Ten days ago an article appeared on Medscape that announced that a test had been approved by the FDA that would
“help diagnose ADHD...” The FDA approved it on the basis of a 275 subject study of children from ages 6 to 17. The diagnostic finding used to confirm the ADHD was the ratio of theta and beta brain waves in an electro-encephalogram that could be done in 15minutes. Evidently children labeled with ADHD are reported to have a different ratio than the general population. 
You can find the research paper that the company released on the day of the approval by going to http://www.nebahealth.com/results.htm
The FDA and the company involved state that the use of this EEG measurement will make the single clinician more accurate to the tune of 88% versus 60 percent of the time. Now this accuracy is judged against what a multidisciplinary team of individuals would say about the patient. That means the test is 88% as accurate as several clinicians getting together and giving us their opinion.  So, we still do not have an accurate test that can make the diagnosis most every time in everyone who has it. That is true because to this date no one has defined the pathology that is supposed to cause ADHD. 

Now, the test itself may be valuable in that the company says it can reduce by 34% the number of individuals who are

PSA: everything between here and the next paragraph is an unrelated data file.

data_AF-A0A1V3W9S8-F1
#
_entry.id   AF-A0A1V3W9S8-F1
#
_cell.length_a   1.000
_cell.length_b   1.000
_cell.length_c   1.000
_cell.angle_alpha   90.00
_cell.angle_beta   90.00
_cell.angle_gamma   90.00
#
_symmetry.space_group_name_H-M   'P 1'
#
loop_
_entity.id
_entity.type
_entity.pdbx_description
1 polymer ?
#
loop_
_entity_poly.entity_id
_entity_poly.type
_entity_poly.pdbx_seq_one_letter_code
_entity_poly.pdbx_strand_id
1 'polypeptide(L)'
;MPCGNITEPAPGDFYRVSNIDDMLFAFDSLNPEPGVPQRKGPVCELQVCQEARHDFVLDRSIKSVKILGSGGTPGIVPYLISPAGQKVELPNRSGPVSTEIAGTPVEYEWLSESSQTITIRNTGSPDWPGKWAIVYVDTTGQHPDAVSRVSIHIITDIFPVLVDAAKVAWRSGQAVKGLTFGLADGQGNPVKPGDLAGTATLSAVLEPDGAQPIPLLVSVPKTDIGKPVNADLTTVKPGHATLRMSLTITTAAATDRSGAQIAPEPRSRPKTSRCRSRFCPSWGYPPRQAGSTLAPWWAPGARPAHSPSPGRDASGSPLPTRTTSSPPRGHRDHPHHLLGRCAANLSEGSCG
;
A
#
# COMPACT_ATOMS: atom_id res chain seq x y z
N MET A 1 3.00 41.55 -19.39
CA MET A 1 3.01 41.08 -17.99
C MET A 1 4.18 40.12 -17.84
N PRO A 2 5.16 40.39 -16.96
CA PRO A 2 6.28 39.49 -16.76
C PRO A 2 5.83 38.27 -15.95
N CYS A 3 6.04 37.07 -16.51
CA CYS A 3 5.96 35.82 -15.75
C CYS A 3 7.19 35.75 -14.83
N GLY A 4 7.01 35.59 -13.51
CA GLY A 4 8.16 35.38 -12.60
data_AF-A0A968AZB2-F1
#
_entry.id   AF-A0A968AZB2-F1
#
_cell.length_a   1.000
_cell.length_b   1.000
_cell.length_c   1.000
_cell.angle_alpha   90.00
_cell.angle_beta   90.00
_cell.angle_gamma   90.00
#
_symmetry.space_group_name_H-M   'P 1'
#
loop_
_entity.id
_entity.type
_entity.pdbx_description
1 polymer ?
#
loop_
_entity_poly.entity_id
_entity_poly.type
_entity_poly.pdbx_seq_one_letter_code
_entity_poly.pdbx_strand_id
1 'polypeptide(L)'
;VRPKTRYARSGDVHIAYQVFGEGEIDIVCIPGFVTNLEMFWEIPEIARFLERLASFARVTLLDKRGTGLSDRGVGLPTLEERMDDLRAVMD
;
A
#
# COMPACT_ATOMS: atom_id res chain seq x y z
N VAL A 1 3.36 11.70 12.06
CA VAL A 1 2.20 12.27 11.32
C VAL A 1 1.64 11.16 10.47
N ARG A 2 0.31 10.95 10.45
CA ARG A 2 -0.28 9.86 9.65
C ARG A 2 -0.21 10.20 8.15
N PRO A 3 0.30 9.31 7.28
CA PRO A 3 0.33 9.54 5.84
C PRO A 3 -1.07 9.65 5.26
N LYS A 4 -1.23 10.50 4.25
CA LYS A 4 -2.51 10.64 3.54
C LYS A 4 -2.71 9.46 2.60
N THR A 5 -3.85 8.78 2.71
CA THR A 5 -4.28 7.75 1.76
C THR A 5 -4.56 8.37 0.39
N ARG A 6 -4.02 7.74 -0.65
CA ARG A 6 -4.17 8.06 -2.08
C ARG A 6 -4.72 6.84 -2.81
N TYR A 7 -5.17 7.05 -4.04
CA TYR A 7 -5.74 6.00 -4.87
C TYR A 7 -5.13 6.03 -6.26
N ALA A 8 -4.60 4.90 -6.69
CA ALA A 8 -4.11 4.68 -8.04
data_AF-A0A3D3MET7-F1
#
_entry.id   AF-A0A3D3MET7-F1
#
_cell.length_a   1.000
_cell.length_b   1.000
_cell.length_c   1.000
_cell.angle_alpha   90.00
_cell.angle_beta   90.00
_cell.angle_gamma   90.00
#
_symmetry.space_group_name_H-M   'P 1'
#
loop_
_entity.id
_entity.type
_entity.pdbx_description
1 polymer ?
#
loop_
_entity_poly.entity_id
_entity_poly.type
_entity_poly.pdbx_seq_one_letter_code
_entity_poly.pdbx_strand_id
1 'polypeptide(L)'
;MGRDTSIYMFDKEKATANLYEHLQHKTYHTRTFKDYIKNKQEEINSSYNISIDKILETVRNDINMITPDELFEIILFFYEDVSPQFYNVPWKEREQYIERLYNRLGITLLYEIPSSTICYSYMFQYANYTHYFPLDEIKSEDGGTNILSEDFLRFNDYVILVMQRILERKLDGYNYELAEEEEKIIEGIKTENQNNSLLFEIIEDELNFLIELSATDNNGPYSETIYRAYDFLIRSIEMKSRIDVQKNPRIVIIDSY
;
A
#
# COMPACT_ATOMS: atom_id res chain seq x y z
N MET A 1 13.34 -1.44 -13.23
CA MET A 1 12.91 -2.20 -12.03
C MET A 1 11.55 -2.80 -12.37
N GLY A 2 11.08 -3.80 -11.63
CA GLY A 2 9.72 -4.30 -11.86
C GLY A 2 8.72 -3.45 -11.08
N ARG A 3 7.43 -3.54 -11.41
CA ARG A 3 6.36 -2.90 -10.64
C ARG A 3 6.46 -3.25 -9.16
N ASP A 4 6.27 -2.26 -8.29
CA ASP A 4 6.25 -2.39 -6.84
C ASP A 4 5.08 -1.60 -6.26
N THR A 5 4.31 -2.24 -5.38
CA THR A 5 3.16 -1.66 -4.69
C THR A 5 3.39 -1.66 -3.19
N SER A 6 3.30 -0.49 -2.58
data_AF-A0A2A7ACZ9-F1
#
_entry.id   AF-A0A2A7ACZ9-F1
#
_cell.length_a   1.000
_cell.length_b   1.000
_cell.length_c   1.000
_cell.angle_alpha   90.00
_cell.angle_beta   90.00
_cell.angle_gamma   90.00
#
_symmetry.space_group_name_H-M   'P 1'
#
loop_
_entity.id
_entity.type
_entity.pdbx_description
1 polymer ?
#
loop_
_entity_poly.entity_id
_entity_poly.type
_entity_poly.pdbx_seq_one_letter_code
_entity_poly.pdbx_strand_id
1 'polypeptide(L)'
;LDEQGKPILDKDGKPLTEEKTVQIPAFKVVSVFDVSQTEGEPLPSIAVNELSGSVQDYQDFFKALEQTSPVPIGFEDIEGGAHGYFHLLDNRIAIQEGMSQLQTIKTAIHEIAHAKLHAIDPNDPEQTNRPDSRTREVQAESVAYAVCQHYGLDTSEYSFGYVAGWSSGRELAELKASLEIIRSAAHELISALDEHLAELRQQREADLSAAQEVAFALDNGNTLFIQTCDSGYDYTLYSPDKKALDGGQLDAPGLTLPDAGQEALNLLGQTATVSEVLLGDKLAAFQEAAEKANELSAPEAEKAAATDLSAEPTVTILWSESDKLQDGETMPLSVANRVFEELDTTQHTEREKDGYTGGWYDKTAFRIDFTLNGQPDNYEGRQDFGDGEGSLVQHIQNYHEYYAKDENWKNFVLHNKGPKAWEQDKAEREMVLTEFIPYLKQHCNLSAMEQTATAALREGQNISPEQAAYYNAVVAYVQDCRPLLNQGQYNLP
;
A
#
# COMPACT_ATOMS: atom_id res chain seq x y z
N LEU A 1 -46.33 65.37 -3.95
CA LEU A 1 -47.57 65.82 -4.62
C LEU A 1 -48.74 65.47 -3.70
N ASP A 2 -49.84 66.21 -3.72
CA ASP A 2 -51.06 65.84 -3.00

wrongly diagnosed as having ADHD. If it does, that will be a blessing to those who have struggles but do not need the added burden of the side effects of the ADHD medications. But, there is one more benefit that could be derived from a test like this. 

The test may be telling us that children who appear to have ADHD symptoms are different but not necessarily ill. And,
that difference may result in their having difficulty in fitting into routine classroom learning situations. The test cannot tell us that the difference we see in these children is a disease. As one mother told me, the most important  decision she made in helping her son who struggled with hyperactivity was when she said, “My son is not broken, and I do not have to fix him.”  

The best conclusion we may be able to draw  from the study is that these children are different and they need a different approach to education. In my blog on 7/11/2013, I reviewed research that showed that children who take medication for ADHD do not appear to see much improvement in their grades. With both these studies in hand, what we ought to be doing is changing the education setting to one in which these children can learn. And, it  will not likely be the traditional “25 student sit at your desk and quietly learn” classroom.

7/30/2013 11:48:56 am

Thank you, Dr. Hodges, for studying these medical journals and research papers, interpreting them for us in laymen's terms and more importantly in view of God's wisdom, and sharing your thoughts with us.


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